Did you know just a few French fries or a couple of samosas could increase your risk of cardiovascular disease by 23%? That’s the effect of the 2% dose of trans-fatty acids (TFAs) in them.
“A plate of paratha may fill you, but a plate of bhatura may kill you (because of trans-fats in the frying medium),” said Anoop Misra, director, department of diabetes and metabolic diseases, Fortis Hospitals, New Delhi, at a symposium on “Trans Fats: Global and Indian Perspectives” on Saturday, organized by the National Diabetes, Obesity and Cholesterol Foundation (N-DOC), which Dr Misra heads. Trans-fats raise low-density lipoprotein or “bad cholesterol” and reduce high-density lipoprotein or “good cholesterol”. They also raise levels of C-reactive protein, a marker of cardiovascular disease; skew omega-6 and omega-3 ratios; and pose risks of liver dysfunction and prostate or breast cancers. Countries such as Australia, Canada, Denmark and New Zealand have regulatory norms on TFA use. Bejon Misra, consumer expert and member, Food Safety and Standards Authority of India, says similar legislation and public health initiatives are needed in India.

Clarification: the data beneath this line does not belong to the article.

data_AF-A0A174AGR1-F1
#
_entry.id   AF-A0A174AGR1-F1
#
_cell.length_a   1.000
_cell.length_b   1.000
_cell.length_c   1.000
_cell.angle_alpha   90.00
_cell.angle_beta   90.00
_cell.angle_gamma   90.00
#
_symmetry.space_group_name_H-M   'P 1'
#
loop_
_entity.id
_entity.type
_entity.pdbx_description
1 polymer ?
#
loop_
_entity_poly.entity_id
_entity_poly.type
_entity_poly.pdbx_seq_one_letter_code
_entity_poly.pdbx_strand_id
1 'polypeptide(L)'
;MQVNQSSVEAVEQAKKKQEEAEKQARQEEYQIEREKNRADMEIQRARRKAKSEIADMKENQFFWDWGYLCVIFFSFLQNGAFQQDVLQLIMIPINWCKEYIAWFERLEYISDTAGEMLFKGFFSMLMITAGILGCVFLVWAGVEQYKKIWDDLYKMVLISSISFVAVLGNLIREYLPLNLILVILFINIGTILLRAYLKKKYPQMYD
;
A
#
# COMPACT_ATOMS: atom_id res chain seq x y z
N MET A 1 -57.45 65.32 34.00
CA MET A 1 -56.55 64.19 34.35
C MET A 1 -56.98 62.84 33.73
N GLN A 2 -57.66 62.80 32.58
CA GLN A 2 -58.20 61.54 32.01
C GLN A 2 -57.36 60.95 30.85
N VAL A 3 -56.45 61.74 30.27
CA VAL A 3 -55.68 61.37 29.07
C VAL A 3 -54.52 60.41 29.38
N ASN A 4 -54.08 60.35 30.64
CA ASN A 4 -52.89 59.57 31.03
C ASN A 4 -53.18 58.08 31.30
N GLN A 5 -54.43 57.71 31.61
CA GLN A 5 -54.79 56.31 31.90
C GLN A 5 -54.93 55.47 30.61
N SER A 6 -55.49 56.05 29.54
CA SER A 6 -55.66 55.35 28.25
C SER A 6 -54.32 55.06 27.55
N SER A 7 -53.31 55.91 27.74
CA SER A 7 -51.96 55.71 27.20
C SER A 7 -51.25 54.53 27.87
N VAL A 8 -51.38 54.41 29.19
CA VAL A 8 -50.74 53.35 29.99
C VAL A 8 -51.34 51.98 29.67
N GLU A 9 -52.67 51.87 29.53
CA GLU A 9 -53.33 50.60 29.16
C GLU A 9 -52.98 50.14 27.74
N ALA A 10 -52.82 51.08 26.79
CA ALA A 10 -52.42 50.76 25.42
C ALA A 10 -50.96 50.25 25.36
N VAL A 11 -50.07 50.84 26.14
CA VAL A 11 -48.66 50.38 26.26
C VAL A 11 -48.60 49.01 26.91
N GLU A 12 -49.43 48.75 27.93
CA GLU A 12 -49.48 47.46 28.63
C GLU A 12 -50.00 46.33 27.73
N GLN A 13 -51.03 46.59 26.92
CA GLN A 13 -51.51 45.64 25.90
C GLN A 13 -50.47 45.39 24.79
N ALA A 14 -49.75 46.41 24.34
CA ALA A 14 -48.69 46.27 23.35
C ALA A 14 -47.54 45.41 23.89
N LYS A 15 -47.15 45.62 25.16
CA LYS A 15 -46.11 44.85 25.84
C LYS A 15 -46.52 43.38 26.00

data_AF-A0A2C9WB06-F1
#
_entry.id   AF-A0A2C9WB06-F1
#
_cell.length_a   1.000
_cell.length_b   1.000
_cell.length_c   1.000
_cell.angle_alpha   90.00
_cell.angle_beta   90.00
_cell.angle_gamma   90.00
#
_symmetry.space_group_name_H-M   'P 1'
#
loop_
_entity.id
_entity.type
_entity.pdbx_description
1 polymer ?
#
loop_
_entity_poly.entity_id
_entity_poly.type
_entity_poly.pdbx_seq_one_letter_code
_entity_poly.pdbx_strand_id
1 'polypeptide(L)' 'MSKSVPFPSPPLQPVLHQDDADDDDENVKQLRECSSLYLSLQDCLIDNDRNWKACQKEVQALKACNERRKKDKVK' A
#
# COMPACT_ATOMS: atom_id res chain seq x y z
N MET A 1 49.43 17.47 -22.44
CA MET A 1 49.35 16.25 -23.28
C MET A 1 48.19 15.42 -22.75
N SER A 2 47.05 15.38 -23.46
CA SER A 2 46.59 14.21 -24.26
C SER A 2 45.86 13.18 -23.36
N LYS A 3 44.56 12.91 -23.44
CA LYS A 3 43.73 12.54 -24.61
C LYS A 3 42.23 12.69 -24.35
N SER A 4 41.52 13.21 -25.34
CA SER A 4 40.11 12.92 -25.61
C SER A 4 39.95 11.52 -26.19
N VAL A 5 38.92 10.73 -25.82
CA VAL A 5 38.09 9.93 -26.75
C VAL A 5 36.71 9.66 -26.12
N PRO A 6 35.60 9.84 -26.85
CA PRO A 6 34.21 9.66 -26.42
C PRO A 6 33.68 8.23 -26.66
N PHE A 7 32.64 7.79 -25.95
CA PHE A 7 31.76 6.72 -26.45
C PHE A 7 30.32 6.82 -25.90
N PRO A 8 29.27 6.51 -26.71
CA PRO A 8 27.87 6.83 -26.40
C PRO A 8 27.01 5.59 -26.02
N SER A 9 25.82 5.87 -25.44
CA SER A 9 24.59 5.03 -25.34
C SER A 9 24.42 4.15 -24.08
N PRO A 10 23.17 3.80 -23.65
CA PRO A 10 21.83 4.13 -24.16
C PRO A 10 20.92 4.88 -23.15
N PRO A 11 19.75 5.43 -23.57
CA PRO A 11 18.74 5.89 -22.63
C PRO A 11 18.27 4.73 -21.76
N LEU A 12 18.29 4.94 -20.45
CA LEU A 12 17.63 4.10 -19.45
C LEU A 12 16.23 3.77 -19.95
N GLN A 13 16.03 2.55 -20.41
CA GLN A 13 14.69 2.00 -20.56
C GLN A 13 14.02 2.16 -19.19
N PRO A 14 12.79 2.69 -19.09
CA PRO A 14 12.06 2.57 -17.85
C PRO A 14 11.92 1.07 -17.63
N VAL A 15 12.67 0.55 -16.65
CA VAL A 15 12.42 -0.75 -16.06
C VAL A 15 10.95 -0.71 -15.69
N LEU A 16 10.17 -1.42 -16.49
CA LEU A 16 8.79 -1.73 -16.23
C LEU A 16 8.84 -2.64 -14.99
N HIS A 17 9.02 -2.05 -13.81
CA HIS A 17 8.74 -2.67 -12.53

In an ongoing N-DOC survey in Delhi, 72% of women respondents had heard of trans-fats. Only 28% knew what they were, just 17% knew the sources. Trans-fats are made when cooking oils are overheated or heated repeatedly, and when liquid oils are hydrogenated into hard fats. Vanaspati—the favoured cooking medium for street vendors, according to the survey—is a whopping 40% trans-fat. Small amounts are also found in dairy, animal foods and other vegetable oils.
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